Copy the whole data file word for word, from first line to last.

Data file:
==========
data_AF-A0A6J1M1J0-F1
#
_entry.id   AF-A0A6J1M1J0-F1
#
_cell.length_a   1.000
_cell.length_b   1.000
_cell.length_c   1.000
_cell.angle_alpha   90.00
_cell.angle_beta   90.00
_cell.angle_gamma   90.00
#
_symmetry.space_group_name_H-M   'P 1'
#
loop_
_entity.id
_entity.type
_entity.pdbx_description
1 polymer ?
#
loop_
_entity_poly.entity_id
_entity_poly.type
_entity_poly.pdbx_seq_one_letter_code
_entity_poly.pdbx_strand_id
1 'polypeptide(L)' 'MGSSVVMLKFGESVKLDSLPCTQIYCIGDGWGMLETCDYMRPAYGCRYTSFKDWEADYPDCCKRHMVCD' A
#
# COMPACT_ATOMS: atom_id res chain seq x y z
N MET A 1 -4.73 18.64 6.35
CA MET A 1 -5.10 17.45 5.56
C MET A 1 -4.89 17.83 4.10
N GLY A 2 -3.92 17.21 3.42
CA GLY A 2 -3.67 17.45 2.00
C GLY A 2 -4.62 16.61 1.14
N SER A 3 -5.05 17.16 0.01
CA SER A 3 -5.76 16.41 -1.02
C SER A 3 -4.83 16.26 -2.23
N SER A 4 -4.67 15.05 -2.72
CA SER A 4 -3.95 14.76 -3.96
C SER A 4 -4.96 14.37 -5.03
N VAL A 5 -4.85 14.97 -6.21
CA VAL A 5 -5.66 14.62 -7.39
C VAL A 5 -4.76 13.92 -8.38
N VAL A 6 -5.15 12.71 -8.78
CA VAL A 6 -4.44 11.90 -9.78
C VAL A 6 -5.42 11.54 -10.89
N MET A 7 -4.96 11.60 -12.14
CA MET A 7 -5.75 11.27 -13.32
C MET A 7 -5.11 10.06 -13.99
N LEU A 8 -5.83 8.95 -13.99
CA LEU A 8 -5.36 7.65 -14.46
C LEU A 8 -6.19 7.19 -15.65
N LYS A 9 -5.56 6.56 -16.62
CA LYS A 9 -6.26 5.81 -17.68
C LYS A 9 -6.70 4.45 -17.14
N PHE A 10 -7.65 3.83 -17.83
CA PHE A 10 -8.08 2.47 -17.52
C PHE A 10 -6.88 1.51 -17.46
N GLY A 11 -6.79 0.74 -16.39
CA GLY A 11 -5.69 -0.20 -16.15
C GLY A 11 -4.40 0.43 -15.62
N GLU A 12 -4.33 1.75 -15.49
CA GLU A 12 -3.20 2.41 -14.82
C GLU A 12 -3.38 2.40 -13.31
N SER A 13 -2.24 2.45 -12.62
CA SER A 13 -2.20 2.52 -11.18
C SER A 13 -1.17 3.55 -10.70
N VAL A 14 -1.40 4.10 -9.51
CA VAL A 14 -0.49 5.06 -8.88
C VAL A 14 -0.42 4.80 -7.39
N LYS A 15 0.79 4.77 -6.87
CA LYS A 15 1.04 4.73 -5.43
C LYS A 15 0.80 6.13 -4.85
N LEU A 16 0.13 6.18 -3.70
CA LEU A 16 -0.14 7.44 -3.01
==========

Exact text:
data_AF-A0A6J1M1J0-F1
#
_entry.id   AF-A0A6J1M1J0-F1
#
_cell.length_a   1.000
_cell.length_b   1.000
_cell.length_c   1.000
_cell.angle_alpha   90.00
_cell.angle_beta   90.00
_cell.angle_gamma   90.00
#
_symmetry.space_group_name_H-M   'P 1'
#
loop_
_entity.id
_entity.type
_entity.pdbx_description
1 polymer ?
#
loop_
_entity_poly.entity_id
_entity_poly.type
_entity_poly.pdbx_seq_one_letter_code
_entity_poly.pdbx_strand_id
1 'polypeptide(L)' 'MGSSVVMLKFGESVKLDSLPCTQIYCIGDGWGMLETCDYMRPAYGCRYTSFKDWEADYPDCCKRHMVCD' A
#
# COMPACT_ATOMS: atom_id res chain seq x y z
N MET A 1 -4.73 18.64 6.35
CA MET A 1 -5.10 17.45 5.56
C MET A 1 -4.89 17.83 4.10
N GLY A 2 -3.92 17.21 3.42
CA GLY A 2 -3.67 17.45 2.00
C GLY A 2 -4.62 16.61 1.14
N SER A 3 -5.05 17.16 0.01
CA SER A 3 -5.76 16.41 -1.02
C SER A 3 -4.83 16.26 -2.23
N SER A 4 -4.67 15.05 -2.72
CA SER A 4 -3.95 14.76 -3.96
C SER A 4 -4.96 14.37 -5.03
N VAL A 5 -4.85 14.97 -6.21
CA VAL A 5 -5.66 14.62 -7.39
C VAL A 5 -4.76 13.92 -8.38
N VAL A 6 -5.15 12.71 -8.78
CA VAL A 6 -4.44 11.90 -9.78
C VAL A 6 -5.42 11.54 -10.89
N MET A 7 -4.96 11.60 -12.14
CA MET A 7 -5.75 11.27 -13.32
C MET A 7 -5.11 10.06 -13.99
N LEU A 8 -5.83 8.95 -13.99
CA LEU A 8 -5.36 7.65 -14.46
C LEU A 8 -6.19 7.19 -15.65
N LYS A 9 -5.56 6.56 -16.62
CA LYS A 9 -6.26 5.81 -17.68
C LYS A 9 -6.70 4.45 -17.14
N PHE A 10 -7.65 3.83 -17.83
CA PHE A 10 -8.08 2.47 -17.52
C PHE A 10 -6.88 1.51 -17.46
N GLY A 11 -6.79 0.74 -16.39
CA GLY A 11 -5.69 -0.20 -16.15
C GLY A 11 -4.40 0.43 -15.62
N GLU A 12 -4.33 1.75 -15.49
CA GLU A 12 -3.20 2.41 -14.82
C GLU A 12 -3.38 2.40 -13.31
N SER A 13 -2.24 2.45 -12.62
CA SER A 13 -2.20 2.52 -11.18
C SER A 13 -1.17 3.55 -10.70
N VAL A 14 -1.40 4.10 -9.51
CA VAL A 14 -0.49 5.06 -8.88
C VAL A 14 -0.42 4.80 -7.39
N LYS A 15 0.79 4.77 -6.87
CA LYS A 15 1.04 4.73 -5.43
C LYS A 15 0.80 6.13 -4.85
N LEU A 16 0.13 6.18 -3.70
CA LEU A 16 -0.14 7.44 -3.01